Man-Made

Structures and other landmarks made by human beings.

40-Wall-Street-(The-Trump-Building)

40 Wall Street (The Trump Building)

New York, New York, 10005
40 Wall Street is a 70-story skyscraper originally known as The Bank of the Manhattan Company building. It was completed in 1930 after only 11 months of construction, and was the tallest building in the world for less than 2 months.

44-Monroe

44 Monroe

Phoenix, Maricopa County, Arizona
This 523,619-square-foot, 34-story tower is Arizona's tallest residential structure. The building's design was inspired by Jennifer J.L. Jones' painting named "Five Elements."

Abo-Pueblo-Ruins

Abo Pueblo Ruins

Abo, Torrance County, New Mexico, 87036
Abo is a pueblo ruin in New Mexico that is preserved in the Salinas Pueblo Missions National Monument. There is a trail through the mission ruins, and a 0.5 mile (0.8 km) trail around the unexcavated pueblo ruins.

Abraham-Lincoln-Statue

Abraham Lincoln Statue

Washington, District of Columbia, 20001
Located in Washington, D.C.'s Lincoln Memorial, this sculpture was designed by Daniel Chester French and was based on photographs of President Lincoln.

Absecon-Light

Absecon Light

Atlantic City, Atlantic County, New Jersey, 08401
Absecon Light is the fifth tallest lighthouse in the United States. Its beason was first lighted on January 15, 1857. Although it is no longer an active navigational aid, the light still shines every night.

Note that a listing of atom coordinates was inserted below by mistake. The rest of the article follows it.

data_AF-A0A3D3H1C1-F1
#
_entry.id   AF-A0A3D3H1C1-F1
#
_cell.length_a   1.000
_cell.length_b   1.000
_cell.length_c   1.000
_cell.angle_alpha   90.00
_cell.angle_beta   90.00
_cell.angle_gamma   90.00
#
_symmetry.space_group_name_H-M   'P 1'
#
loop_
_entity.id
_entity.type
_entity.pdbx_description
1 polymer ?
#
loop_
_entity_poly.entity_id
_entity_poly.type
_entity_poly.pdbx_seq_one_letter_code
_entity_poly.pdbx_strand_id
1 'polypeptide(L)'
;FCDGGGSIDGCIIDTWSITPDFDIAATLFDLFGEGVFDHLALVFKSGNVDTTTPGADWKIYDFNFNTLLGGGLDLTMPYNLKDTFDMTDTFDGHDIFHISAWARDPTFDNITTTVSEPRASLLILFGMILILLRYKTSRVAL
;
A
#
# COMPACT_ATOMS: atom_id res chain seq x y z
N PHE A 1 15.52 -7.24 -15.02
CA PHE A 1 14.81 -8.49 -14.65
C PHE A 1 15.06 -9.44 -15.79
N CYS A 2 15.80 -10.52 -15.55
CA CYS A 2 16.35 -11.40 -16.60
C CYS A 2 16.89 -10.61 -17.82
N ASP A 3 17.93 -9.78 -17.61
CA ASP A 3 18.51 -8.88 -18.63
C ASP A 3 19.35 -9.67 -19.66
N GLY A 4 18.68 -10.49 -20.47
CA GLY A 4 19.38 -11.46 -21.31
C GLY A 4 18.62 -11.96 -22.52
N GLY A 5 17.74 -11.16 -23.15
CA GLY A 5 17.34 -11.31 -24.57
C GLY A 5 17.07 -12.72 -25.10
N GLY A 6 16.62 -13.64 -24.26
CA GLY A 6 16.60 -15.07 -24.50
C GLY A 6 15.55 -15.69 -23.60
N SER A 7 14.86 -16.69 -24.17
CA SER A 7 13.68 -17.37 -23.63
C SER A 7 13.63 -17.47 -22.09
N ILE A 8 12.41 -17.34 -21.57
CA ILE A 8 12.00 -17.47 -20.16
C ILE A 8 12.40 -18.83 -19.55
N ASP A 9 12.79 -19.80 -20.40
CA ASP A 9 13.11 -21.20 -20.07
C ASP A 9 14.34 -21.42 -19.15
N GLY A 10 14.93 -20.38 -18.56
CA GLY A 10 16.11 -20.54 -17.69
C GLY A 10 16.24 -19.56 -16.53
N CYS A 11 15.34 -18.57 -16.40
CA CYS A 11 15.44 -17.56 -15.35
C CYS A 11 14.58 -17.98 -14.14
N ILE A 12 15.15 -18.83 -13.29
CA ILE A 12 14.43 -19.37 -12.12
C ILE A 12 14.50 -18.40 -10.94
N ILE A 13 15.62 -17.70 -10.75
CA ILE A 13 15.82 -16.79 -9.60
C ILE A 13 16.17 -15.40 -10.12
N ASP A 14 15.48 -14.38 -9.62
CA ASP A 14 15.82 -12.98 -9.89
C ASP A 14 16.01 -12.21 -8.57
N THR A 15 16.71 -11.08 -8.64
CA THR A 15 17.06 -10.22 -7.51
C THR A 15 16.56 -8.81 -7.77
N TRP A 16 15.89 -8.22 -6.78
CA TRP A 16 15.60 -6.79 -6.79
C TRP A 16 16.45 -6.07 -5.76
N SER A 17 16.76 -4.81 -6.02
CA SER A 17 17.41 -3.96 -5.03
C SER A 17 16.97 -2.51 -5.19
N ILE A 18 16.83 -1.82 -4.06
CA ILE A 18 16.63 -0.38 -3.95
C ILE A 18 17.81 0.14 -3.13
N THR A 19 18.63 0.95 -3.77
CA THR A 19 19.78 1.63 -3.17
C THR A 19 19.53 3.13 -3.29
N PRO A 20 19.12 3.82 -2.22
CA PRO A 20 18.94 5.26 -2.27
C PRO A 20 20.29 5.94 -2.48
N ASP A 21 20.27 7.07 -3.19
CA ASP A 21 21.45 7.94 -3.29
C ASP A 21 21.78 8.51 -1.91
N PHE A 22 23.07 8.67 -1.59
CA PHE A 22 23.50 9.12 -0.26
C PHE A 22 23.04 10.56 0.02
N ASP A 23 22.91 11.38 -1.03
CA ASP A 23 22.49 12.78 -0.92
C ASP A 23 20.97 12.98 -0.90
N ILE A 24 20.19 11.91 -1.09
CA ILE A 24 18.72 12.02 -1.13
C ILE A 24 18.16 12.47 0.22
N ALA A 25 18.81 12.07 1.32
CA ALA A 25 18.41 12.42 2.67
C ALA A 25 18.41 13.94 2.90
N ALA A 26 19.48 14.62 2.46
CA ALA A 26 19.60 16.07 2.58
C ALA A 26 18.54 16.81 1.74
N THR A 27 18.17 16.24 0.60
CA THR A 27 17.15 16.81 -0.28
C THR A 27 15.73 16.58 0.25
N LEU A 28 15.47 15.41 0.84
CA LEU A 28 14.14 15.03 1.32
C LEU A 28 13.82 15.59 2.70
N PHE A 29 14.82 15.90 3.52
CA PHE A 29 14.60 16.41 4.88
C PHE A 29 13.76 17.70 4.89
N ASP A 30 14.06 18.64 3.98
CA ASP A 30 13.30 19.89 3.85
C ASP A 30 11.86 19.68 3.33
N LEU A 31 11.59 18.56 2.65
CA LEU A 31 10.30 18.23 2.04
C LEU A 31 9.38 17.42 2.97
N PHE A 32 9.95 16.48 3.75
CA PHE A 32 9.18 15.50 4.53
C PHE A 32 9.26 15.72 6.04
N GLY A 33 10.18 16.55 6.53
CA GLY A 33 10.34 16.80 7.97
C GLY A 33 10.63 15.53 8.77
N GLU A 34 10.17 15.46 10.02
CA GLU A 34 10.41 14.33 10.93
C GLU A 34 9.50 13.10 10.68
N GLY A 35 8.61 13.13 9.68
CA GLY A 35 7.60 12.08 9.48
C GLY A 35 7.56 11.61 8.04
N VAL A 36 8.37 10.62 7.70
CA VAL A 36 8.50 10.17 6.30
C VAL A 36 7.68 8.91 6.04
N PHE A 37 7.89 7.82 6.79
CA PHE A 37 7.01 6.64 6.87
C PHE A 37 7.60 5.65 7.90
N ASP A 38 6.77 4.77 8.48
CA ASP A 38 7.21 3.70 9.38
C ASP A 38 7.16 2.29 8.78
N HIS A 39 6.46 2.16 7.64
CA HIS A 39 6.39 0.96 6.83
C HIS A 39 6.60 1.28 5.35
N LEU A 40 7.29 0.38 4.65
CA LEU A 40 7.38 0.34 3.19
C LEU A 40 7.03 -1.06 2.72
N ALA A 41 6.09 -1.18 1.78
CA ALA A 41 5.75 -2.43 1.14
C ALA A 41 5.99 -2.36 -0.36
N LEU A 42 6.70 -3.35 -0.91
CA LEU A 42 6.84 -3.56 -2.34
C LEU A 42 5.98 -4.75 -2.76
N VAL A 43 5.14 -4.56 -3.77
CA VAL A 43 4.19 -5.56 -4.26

Academy-of-Music

Academy of Music

Philadelphia, Pennsylvania, 19102
Opened in 1857, the building is the oldest grand opera house in America used for its original purpose. It is the home of the Pennsylvania Ballet and the Philadelphia Opera Company.

Acoma-Pueblo

Acoma Pueblo

, Cibola County, New Mexico
Also known as "Sky City", Acoma Pueblo is a American Indian site built on top of a 367-foot (112 m) sandstone mesa. It is regarded as the oldest continuously inhabited community in the United States.

Adams-National-Historical-Park

Adams National Historical Park

Quincy, Massachusetts
This National Historical Park contains the home of presidents John and John Quincy Adams. It features the house, the surrounding farmland and several other buildings, including the Stone Library.

Adler-Planetarium-and-Astronomy-Museum

Adler Planetarium and Astronomy Museum

Chicago, Cook County, Illinois, 60605